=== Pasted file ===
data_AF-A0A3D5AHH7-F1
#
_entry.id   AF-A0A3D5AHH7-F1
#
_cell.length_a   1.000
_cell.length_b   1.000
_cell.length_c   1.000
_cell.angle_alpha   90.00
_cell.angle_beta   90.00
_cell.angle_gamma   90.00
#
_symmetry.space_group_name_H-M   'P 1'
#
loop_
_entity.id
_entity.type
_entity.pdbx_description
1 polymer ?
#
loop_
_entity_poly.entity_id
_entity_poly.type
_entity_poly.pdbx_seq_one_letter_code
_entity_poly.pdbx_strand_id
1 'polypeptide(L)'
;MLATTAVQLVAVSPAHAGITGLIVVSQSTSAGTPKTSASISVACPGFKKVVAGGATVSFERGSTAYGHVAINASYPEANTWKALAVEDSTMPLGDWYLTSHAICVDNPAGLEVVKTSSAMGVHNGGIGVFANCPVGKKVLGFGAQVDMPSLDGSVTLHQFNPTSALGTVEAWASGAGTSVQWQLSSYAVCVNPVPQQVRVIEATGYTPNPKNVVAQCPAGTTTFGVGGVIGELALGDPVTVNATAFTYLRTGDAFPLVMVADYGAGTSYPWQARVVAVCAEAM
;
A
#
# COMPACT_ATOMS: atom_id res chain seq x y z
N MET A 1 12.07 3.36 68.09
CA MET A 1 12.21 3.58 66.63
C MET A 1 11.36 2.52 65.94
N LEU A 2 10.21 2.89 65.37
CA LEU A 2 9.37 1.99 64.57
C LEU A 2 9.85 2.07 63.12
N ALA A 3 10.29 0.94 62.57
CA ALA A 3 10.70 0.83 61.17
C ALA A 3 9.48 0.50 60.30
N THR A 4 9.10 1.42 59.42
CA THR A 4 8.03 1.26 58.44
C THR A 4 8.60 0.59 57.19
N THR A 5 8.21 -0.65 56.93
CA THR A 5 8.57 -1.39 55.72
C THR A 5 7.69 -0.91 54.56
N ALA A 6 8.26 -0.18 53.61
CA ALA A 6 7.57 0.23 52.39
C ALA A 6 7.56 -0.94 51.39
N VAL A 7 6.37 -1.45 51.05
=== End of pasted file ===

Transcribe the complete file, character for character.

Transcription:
data_AF-A0A3D5AHH7-F1
#
_entry.id   AF-A0A3D5AHH7-F1
#
_cell.length_a   1.000
_cell.length_b   1.000
_cell.length_c   1.000
_cell.angle_alpha   90.00
_cell.angle_beta   90.00
_cell.angle_gamma   90.00
#
_symmetry.space_group_name_H-M   'P 1'
#
loop_
_entity.id
_entity.type
_entity.pdbx_description
1 polymer ?
#
loop_
_entity_poly.entity_id
_entity_poly.type
_entity_poly.pdbx_seq_one_letter_code
_entity_poly.pdbx_strand_id
1 'polypeptide(L)'
;MLATTAVQLVAVSPAHAGITGLIVVSQSTSAGTPKTSASISVACPGFKKVVAGGATVSFERGSTAYGHVAINASYPEANTWKALAVEDSTMPLGDWYLTSHAICVDNPAGLEVVKTSSAMGVHNGGIGVFANCPVGKKVLGFGAQVDMPSLDGSVTLHQFNPTSALGTVEAWASGAGTSVQWQLSSYAVCVNPVPQQVRVIEATGYTPNPKNVVAQCPAGTTTFGVGGVIGELALGDPVTVNATAFTYLRTGDAFPLVMVADYGAGTSYPWQARVVAVCAEAM
;
A
#
# COMPACT_ATOMS: atom_id res chain seq x y z
N MET A 1 12.07 3.36 68.09
CA MET A 1 12.21 3.58 66.63
C MET A 1 11.36 2.52 65.94
N LEU A 2 10.21 2.89 65.37
CA LEU A 2 9.37 1.99 64.57
C LEU A 2 9.85 2.07 63.12
N ALA A 3 10.29 0.94 62.57
CA ALA A 3 10.70 0.83 61.17
C ALA A 3 9.48 0.50 60.30
N THR A 4 9.10 1.42 59.42
CA THR A 4 8.03 1.26 58.44
C THR A 4 8.60 0.59 57.19
N THR A 5 8.21 -0.65 56.93
CA THR A 5 8.57 -1.39 55.72
C THR A 5 7.69 -0.91 54.56
N ALA A 6 8.26 -0.18 53.61
CA ALA A 6 7.57 0.23 52.39
C ALA A 6 7.56 -0.94 51.39
N VAL A 7 6.37 -1.45 51.05